Now, if that just happens to be where the story starts off, it’s usually for a reason (like an important choice right up front, or the specific details of the backstory not mattering). That, I don’t mind.
It may be a COG trademark but it depends a lot on the story the author wants to tell and the way they want to tell it as to wether it’s actually preferable or even makes sense within the context of their story.
Personally, I think it depends on what the author actually has to describe and explain in those first few pages. If the story requires a great deal of exposition, then the author, especially an author of interactive fiction, should start slowly and ease the player into their setting and let the player get a feel for this brave new world.
On the other hand, if the story is a genre with conventions which are well known and need little explanation, in medias res works pretty well.
I agree that meaningful choices are ideal and should be presented as early as possible, but how can you open with such a choice without first giving appropriate context?
Like others, I want to get to the choices as soon as I can, but it seems to me the gamebook needs to open with some exposition – at least enough exposition to justify a decision.
I think it mostly depends on the narrative style of the story. Sometimes it makes sense, and sometimes it doesn’t.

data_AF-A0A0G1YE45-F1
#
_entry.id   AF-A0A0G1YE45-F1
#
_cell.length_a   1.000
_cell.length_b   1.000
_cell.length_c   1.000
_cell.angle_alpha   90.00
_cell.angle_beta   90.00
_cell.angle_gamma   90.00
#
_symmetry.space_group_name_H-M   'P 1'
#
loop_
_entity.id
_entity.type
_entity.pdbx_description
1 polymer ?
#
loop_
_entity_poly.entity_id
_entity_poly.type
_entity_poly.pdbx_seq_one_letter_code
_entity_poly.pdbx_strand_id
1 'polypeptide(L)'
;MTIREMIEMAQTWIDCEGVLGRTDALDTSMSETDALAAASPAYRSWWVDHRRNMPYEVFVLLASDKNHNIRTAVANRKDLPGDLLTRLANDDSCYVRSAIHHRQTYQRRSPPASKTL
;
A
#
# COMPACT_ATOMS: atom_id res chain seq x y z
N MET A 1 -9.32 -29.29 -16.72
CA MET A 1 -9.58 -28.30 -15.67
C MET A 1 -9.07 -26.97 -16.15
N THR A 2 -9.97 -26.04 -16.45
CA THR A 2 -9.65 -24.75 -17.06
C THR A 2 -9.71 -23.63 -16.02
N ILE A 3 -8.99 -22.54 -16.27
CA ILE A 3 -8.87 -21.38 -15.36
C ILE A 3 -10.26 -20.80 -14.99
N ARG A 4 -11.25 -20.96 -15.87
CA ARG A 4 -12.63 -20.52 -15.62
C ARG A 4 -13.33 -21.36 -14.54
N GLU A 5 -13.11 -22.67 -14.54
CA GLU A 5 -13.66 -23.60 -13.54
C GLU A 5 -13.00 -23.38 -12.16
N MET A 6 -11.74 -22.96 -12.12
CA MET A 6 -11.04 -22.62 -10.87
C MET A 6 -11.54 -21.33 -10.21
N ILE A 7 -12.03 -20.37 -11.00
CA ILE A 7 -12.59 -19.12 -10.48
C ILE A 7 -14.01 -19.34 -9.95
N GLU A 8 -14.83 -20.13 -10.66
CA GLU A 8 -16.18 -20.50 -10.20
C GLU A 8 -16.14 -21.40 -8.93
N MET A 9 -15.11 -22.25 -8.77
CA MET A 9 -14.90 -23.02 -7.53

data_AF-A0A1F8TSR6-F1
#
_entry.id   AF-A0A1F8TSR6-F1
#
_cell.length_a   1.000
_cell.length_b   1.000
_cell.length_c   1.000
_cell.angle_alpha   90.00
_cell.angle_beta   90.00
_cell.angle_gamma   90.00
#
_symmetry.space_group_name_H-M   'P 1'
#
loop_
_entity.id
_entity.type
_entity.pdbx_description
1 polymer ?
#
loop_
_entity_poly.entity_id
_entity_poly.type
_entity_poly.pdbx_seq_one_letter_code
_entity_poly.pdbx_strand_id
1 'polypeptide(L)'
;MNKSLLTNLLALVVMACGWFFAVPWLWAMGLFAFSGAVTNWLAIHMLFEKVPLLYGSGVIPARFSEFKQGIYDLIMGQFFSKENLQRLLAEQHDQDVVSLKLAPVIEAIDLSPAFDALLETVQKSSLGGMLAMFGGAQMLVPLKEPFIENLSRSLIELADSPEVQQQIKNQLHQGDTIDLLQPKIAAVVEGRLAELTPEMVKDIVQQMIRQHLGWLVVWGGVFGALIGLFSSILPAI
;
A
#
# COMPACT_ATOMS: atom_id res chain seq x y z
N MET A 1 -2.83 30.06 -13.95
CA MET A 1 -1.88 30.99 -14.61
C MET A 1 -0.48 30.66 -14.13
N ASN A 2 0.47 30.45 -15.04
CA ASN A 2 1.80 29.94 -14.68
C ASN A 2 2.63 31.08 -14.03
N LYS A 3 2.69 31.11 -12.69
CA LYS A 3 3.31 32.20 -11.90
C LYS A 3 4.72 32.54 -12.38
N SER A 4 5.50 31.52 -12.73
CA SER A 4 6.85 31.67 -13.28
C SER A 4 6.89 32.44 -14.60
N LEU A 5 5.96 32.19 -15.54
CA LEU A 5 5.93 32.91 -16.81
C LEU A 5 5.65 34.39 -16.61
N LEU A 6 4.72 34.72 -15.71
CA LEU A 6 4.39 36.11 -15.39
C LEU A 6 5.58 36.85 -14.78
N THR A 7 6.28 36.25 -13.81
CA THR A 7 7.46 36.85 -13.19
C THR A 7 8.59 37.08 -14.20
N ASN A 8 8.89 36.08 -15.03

Personally, I think “teaser” openings work best when the scene in question actually matters and I really want to know how the character got there. It’s why I liked the opening of CotV. The scene matters to the story, and I really am curious how the PC ended up in that shack. I don’t think it works at all with throw-away scenes like the opening of Heroes Rise though. Then it just seems gimmicky.
CoG does nudge authors to make their openings “grabby,” with some kind of exciting action on the first page. My draft of Rebels originally opened with what is now the last bit of the prologue (“when the legends are one day told of your rebellion” etc), followed by the Ch 1 lead up to the Harrowing. One of the CoGsters encouraged me to start with more action, and the Plektoi prologue came into being. I guess I’ve drifted away from the action-packed opener with the two new prologues; haven’t heard yet what they think about that.
I agree that I find both Heroes Rise openers manipulative, and wouldn’t want to go that way myself. But as the HRs are CoG’s bestselling games, their use of in medias res is at the very least not hurting sales, and might be part of their successful recipe.
We are rather atypical here in the forums of the majority of people who purchase choice games. Which is something I do need to take into consideration. Heroes Rise is hugely popular.
I asked the above question since I’ve been debating the start of my game.
I’d wanted to start my game not with action but with a teaser, only reading the start I actually have uploaded I hate it. It’s disjointed, not fun and an In Media Res start would be more enjoyable, I think.
I suppose there’s absolutely nothing wrong with starting my game at the point where The Prince rides off with your fiancé. That would at least be action-packed and throw you into the middle of things as opposed to asking questions.
Thanks everyone, you’ve given me a lot to think about.